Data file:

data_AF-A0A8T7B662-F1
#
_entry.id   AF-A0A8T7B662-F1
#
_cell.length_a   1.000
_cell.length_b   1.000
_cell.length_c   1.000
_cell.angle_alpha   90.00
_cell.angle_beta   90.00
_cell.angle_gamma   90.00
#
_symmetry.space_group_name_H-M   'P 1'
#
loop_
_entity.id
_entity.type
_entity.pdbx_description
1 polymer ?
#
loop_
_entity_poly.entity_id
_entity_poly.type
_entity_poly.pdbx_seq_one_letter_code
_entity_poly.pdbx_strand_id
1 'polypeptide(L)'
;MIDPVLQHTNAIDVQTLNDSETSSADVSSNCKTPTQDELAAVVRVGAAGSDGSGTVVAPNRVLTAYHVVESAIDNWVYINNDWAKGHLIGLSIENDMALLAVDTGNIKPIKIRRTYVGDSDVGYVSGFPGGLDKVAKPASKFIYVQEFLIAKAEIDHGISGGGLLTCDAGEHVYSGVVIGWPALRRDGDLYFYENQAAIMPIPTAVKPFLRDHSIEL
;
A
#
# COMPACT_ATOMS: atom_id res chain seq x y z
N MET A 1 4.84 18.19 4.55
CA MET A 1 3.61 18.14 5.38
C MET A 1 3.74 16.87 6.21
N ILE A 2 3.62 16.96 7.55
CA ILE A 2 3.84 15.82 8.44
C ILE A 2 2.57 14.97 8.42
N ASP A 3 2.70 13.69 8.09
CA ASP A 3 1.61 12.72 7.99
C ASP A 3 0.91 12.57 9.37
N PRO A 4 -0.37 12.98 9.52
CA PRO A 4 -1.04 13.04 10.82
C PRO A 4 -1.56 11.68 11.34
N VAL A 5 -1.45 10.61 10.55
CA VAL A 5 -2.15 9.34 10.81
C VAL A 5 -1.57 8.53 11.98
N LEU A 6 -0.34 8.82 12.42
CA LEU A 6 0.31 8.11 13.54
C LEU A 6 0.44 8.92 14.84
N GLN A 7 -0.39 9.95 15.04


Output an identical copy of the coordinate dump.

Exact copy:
data_AF-A0A8T7B662-F1
#
_entry.id   AF-A0A8T7B662-F1
#
_cell.length_a   1.000
_cell.length_b   1.000
_cell.length_c   1.000
_cell.angle_alpha   90.00
_cell.angle_beta   90.00
_cell.angle_gamma   90.00
#
_symmetry.space_group_name_H-M   'P 1'
#
loop_
_entity.id
_entity.type
_entity.pdbx_description
1 polymer ?
#
loop_
_entity_poly.entity_id
_entity_poly.type
_entity_poly.pdbx_seq_one_letter_code
_entity_poly.pdbx_strand_id
1 'polypeptide(L)'
;MIDPVLQHTNAIDVQTLNDSETSSADVSSNCKTPTQDELAAVVRVGAAGSDGSGTVVAPNRVLTAYHVVESAIDNWVYINNDWAKGHLIGLSIENDMALLAVDTGNIKPIKIRRTYVGDSDVGYVSGFPGGLDKVAKPASKFIYVQEFLIAKAEIDHGISGGGLLTCDAGEHVYSGVVIGWPALRRDGDLYFYENQAAIMPIPTAVKPFLRDHSIEL
;
A
#
# COMPACT_ATOMS: atom_id res chain seq x y z
N MET A 1 4.84 18.19 4.55
CA MET A 1 3.61 18.14 5.38
C MET A 1 3.74 16.87 6.21
N ILE A 2 3.62 16.96 7.55
CA ILE A 2 3.84 15.82 8.44
C ILE A 2 2.57 14.97 8.42
N ASP A 3 2.70 13.69 8.09
CA ASP A 3 1.61 12.72 7.99
C ASP A 3 0.91 12.57 9.37
N PRO A 4 -0.37 12.98 9.52
CA PRO A 4 -1.04 13.04 10.82
C PRO A 4 -1.56 11.68 11.34
N VAL A 5 -1.45 10.61 10.55
CA VAL A 5 -2.15 9.34 10.81
C VAL A 5 -1.57 8.53 11.98
N LEU A 6 -0.34 8.82 12.42
CA LEU A 6 0.31 8.11 13.54
C LEU A 6 0.44 8.92 14.84
N GLN A 7 -0.39 9.95 15.04